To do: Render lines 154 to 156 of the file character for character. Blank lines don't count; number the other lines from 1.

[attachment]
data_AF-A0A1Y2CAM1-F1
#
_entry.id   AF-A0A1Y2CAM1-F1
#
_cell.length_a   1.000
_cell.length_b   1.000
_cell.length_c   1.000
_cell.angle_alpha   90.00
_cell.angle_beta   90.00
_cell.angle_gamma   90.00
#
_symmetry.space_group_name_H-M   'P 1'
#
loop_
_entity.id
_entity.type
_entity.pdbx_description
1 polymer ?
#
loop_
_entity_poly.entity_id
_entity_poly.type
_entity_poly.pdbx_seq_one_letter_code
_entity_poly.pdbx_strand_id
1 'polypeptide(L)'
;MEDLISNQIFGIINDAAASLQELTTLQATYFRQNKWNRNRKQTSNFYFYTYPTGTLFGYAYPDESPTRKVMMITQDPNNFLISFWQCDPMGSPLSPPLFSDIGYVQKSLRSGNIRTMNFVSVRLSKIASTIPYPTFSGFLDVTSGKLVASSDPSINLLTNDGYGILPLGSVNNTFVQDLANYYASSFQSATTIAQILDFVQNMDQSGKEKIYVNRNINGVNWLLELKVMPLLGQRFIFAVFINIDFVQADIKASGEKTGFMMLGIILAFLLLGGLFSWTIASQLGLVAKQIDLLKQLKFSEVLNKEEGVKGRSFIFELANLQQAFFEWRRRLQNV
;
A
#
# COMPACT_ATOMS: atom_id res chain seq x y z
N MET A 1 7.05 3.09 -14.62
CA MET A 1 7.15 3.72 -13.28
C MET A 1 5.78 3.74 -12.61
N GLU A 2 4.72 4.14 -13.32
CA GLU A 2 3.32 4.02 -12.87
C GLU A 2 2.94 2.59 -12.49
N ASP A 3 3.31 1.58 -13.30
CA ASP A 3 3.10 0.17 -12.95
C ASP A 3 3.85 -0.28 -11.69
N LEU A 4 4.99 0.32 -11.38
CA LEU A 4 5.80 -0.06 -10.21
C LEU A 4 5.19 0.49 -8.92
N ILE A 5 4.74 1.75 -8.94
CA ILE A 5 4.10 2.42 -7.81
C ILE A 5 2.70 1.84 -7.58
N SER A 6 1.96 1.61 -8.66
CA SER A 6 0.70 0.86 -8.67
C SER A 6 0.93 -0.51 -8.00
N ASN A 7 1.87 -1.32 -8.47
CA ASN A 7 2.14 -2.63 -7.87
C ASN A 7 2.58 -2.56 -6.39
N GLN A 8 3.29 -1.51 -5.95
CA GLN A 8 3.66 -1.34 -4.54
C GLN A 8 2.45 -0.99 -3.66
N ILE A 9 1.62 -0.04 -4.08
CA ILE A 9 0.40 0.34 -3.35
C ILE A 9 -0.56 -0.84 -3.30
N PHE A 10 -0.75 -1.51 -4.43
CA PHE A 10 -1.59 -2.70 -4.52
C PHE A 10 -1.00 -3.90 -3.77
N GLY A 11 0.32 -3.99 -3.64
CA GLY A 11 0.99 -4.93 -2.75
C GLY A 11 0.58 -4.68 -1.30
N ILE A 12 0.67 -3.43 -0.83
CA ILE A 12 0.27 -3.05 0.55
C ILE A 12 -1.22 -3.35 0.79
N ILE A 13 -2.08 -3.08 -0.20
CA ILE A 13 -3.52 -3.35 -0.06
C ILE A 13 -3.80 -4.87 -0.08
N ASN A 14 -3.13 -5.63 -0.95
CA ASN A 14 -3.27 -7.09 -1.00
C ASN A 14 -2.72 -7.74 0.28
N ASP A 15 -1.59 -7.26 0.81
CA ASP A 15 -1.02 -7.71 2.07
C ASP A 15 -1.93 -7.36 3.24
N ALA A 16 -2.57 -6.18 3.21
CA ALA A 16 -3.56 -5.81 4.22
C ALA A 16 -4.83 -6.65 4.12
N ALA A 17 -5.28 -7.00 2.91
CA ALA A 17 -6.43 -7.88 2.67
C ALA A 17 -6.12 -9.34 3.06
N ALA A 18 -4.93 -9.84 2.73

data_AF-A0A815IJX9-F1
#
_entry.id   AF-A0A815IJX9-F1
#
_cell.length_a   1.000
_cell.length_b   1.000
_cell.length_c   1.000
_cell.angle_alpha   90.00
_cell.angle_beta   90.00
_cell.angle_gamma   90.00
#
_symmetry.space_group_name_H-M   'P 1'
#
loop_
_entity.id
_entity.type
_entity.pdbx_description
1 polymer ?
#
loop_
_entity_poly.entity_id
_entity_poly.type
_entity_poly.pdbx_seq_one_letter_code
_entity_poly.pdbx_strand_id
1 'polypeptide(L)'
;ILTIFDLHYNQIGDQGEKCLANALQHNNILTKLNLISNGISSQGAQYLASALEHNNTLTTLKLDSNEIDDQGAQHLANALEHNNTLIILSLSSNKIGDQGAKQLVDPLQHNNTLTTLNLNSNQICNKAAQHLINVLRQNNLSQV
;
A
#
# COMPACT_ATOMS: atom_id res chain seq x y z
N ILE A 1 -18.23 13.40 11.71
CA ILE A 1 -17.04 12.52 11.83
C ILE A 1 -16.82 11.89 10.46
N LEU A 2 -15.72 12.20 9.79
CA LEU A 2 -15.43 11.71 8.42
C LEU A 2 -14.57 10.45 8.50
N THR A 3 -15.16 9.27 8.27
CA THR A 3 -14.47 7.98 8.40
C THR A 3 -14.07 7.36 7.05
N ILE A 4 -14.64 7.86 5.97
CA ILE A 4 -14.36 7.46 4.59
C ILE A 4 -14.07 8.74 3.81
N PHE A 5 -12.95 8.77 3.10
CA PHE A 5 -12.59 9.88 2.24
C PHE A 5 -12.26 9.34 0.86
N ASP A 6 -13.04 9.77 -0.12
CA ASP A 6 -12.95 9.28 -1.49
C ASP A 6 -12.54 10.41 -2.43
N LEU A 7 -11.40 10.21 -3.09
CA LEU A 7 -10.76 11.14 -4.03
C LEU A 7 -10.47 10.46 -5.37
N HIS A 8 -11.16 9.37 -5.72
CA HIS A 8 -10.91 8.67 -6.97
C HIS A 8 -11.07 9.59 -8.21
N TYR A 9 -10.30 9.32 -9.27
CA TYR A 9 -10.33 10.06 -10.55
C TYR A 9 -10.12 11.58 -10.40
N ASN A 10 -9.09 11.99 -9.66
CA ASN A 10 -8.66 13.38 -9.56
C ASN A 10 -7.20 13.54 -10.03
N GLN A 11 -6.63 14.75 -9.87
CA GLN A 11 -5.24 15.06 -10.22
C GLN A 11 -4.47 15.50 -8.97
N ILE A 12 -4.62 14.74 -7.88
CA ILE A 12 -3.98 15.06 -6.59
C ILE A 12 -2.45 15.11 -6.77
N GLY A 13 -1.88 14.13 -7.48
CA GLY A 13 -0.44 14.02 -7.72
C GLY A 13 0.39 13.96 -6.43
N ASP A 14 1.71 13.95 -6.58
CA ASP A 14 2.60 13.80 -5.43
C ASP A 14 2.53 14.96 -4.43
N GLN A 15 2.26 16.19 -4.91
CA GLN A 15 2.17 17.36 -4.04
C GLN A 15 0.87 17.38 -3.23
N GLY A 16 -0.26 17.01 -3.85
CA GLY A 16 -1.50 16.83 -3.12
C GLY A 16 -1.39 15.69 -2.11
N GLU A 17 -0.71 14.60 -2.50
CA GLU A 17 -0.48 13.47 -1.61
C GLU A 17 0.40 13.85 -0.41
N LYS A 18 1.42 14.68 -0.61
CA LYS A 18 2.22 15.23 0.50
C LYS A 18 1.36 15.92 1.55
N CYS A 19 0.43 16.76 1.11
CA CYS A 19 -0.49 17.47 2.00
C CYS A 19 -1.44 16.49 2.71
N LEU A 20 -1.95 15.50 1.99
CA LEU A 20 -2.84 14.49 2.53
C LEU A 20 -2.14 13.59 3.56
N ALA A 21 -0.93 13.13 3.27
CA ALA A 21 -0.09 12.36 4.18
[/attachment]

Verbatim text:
C ASP A 14 2.53 14.96 -4.43
N GLN A 15 2.26 16.19 -4.91
CA GLN A 15 2.17 17.36 -4.04